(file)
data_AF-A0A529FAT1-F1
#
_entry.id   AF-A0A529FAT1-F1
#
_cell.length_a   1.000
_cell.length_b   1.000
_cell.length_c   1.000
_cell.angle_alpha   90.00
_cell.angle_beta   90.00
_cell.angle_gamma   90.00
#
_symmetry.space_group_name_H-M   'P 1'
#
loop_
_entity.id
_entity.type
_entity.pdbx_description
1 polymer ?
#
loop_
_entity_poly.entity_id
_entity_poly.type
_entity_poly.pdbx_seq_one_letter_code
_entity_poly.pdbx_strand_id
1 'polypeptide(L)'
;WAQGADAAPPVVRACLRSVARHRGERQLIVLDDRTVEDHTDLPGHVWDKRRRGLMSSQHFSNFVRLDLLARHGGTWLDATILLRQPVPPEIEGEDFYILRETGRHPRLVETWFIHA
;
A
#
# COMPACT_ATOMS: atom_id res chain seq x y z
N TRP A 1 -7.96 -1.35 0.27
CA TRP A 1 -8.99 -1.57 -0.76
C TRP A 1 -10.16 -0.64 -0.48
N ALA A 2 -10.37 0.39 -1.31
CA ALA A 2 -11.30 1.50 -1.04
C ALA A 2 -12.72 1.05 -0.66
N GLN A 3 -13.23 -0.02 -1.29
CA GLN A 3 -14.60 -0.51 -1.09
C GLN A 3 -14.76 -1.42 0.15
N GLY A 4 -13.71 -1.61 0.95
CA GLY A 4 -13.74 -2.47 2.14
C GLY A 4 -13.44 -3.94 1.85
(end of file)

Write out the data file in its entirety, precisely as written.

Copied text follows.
data_AF-A0A529FAT1-F1
#
_entry.id   AF-A0A529FAT1-F1
#
_cell.length_a   1.000
_cell.length_b   1.000
_cell.length_c   1.000
_cell.angle_alpha   90.00
_cell.angle_beta   90.00
_cell.angle_gamma   90.00
#
_symmetry.space_group_name_H-M   'P 1'
#
loop_
_entity.id
_entity.type
_entity.pdbx_description
1 polymer ?
#
loop_
_entity_poly.entity_id
_entity_poly.type
_entity_poly.pdbx_seq_one_letter_code
_entity_poly.pdbx_strand_id
1 'polypeptide(L)'
;WAQGADAAPPVVRACLRSVARHRGERQLIVLDDRTVEDHTDLPGHVWDKRRRGLMSSQHFSNFVRLDLLARHGGTWLDATILLRQPVPPEIEGEDFYILRETGRHPRLVETWFIHA
;
A
#
# COMPACT_ATOMS: atom_id res chain seq x y z
N TRP A 1 -7.96 -1.35 0.27
CA TRP A 1 -8.99 -1.57 -0.76
C TRP A 1 -10.16 -0.64 -0.48
N ALA A 2 -10.37 0.39 -1.31
CA ALA A 2 -11.30 1.50 -1.04
C ALA A 2 -12.72 1.05 -0.66
N GLN A 3 -13.23 -0.02 -1.29
CA GLN A 3 -14.60 -0.51 -1.09
C GLN A 3 -14.76 -1.42 0.15
N GLY A 4 -13.71 -1.61 0.95
CA GLY A 4 -13.74 -2.47 2.14
C GLY A 4 -13.44 -3.94 1.85